Once it's out there, you can't get it back.
That's the message the Ontario Provincial Police is putting out to teens across the province.
A mistaken belief that their texted messages and images shared among peers will remain private and secure puts them in real danger of becoming victims of their own words and actions, the OPP stated in a press release.
Teens frequently engage in relationships with peers through the use of their mobile devices and computers that lead to "self-peer exploitation" (also known as sexting). As a result of misbelieving that they can remain anonymous, they often also engage in this type of behaviour with individuals whom they don't know but have only ever met online, the OPP stated.
Teens need to become aware that this kind of risky activity has very real dangers associated with it that include many unintended consequences and permanent long-term threats to their identity and their reputations.
Every day, thousands of teens are photographing and videotaping themselves in suggestive and compromising photos and sending the images through electronic devices to their peers. Quite often, this type of conduct can quickly become a dangerous game as those images never stay with the one intended to receive them, the OPP warn.
Instead, they are frequently mindlessly passed along by the recipient to friends, who pass them on to other friends who continue this cycle of distribution while some post them to social networking sites, and upload them to the Internet.
Greater Sudbury Police Service media relations officer Const. Meghan O'Malley said Sudbury has its fair share of these cases, just like any other community. However, police are only able to respond to the cases that are reported, and believe a lot of these instances aren't being taken as seriously as they should.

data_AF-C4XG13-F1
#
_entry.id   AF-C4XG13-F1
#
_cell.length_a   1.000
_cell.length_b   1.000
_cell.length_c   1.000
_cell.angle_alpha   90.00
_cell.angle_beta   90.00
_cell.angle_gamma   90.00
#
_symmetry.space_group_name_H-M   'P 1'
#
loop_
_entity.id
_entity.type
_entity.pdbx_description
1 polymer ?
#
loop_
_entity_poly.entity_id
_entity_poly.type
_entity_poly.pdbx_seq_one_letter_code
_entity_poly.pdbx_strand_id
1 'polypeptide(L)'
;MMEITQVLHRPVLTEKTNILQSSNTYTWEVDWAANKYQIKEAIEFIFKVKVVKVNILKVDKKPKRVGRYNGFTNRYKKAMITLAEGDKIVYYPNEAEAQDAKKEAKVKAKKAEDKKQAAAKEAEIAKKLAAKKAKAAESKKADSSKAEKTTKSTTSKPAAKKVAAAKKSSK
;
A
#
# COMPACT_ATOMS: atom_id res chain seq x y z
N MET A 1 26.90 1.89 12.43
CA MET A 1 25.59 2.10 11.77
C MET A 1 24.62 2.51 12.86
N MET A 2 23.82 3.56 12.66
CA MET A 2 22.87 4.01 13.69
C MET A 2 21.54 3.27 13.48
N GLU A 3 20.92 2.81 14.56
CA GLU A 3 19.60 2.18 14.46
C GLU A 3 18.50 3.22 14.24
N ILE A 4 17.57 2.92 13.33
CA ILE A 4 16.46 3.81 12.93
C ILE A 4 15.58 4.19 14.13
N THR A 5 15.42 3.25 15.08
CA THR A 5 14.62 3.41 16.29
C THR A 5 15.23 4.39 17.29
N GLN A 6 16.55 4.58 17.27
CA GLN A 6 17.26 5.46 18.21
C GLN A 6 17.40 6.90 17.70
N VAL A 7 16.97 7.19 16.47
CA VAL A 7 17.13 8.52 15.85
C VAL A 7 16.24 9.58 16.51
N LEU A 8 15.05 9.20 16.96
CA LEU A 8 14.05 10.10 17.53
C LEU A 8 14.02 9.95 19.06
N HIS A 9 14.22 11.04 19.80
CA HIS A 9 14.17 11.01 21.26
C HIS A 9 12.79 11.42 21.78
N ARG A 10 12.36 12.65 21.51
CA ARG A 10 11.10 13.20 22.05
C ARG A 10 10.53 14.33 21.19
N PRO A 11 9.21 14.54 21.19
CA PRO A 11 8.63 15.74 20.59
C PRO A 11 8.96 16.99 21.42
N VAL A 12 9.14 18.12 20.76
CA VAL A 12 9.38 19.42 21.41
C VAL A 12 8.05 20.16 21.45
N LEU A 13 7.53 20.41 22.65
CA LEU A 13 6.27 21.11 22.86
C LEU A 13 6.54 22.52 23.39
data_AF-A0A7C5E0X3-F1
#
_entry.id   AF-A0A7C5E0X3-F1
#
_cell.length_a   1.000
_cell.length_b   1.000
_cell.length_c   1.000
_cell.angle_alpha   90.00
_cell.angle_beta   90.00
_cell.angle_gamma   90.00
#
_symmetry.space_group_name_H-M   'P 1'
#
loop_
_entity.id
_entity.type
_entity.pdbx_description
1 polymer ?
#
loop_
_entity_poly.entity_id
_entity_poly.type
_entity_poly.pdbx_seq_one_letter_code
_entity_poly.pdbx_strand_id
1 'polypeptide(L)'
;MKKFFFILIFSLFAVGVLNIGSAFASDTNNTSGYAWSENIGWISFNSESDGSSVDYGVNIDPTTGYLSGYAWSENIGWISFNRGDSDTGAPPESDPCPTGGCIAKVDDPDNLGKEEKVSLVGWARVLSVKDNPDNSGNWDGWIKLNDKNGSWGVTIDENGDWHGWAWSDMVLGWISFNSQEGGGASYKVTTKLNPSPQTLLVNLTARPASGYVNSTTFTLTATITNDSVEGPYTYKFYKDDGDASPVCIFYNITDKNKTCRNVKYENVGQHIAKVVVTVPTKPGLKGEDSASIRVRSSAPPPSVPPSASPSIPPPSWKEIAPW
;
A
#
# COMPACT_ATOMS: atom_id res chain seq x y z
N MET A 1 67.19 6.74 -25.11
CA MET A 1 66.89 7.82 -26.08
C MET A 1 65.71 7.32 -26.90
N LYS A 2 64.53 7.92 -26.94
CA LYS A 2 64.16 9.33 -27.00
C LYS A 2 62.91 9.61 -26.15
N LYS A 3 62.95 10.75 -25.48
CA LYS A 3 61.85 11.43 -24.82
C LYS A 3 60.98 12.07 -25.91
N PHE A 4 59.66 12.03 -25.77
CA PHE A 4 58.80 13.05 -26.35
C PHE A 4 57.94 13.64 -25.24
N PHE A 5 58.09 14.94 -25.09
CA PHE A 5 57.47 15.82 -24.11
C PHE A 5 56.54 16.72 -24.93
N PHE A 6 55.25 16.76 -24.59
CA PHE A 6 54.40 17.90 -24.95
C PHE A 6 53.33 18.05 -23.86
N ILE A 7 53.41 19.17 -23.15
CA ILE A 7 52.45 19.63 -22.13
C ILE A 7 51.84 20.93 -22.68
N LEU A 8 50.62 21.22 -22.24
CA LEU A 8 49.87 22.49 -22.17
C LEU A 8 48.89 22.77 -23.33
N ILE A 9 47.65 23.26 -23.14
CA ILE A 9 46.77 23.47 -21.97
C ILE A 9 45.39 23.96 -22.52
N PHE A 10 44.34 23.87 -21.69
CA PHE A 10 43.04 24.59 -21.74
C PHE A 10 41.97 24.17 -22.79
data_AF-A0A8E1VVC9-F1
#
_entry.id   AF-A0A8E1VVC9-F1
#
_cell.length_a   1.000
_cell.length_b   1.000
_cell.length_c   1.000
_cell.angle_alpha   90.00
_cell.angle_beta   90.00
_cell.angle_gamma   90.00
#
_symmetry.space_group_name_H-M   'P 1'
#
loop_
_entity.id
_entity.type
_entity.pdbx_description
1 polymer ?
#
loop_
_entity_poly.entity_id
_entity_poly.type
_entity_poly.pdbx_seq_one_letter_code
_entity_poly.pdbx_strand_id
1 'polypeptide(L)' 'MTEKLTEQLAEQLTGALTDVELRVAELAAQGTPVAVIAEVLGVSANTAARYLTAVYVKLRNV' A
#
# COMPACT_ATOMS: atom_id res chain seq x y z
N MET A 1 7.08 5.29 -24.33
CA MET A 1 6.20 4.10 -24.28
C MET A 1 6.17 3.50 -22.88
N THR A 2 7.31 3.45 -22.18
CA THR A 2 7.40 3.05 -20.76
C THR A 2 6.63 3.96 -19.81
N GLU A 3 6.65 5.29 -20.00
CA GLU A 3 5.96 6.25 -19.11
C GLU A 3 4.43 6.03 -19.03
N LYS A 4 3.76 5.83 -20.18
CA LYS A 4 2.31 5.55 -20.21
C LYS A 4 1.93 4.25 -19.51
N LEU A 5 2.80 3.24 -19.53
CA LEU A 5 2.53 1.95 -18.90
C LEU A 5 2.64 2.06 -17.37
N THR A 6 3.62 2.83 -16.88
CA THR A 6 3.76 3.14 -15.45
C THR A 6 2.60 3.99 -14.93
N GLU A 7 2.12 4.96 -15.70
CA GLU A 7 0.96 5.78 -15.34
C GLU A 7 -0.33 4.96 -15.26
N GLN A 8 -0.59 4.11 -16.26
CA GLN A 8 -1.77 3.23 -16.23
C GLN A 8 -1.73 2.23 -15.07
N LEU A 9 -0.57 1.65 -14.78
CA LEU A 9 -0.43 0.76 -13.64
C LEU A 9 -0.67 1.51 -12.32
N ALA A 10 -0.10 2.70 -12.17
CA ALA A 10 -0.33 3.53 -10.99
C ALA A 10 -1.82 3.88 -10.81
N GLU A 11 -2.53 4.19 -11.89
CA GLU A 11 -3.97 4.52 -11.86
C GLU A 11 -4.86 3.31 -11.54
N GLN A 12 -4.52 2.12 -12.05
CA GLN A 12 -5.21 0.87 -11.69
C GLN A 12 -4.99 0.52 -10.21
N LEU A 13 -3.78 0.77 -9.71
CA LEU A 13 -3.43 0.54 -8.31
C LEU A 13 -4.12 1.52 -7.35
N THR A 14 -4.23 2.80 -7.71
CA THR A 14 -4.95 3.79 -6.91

Officers in Sudbury visit local schools to educate students on the dangers of this behaviour, O'Malley said.
According to the OPP, the resulting shame and embarrassment that is experienced can have very tragic results.
Officers are increasingly seeing more teens that are unable to cope with the self-inflicted personal shame and embarrassment that they have unknowingly created from what they had previously believed to be “harmless fun,” according to the press release.
There is also a real criminal risk for those individuals who receive these images and re-distribute them.
Often unknowingly, by sending the images to others and posting them, these individuals are engaging in the distribution of child pornography and could face criminal charges.
Parents, guardians and educators need to learn more about this serious social issue. They should recognize the significance of this problem, discuss it with their teens and monitor their social media activities, police advise.
Reminding teens about the short- and long-term consequences of their social media behaviours will have a positive impact on this public safety risk.
“This has become a big social issue that no one has been adequately prepared to manage,” Insp. Scott Naylor, manager of the OPP Child Sexual Exploitation Unit, said, in the press release. Those with a vested interest in the protection of children need to get involved and learn how to protect them from permanently damaging their lives. There are ways to intervene.”
Posted by Arron Pickard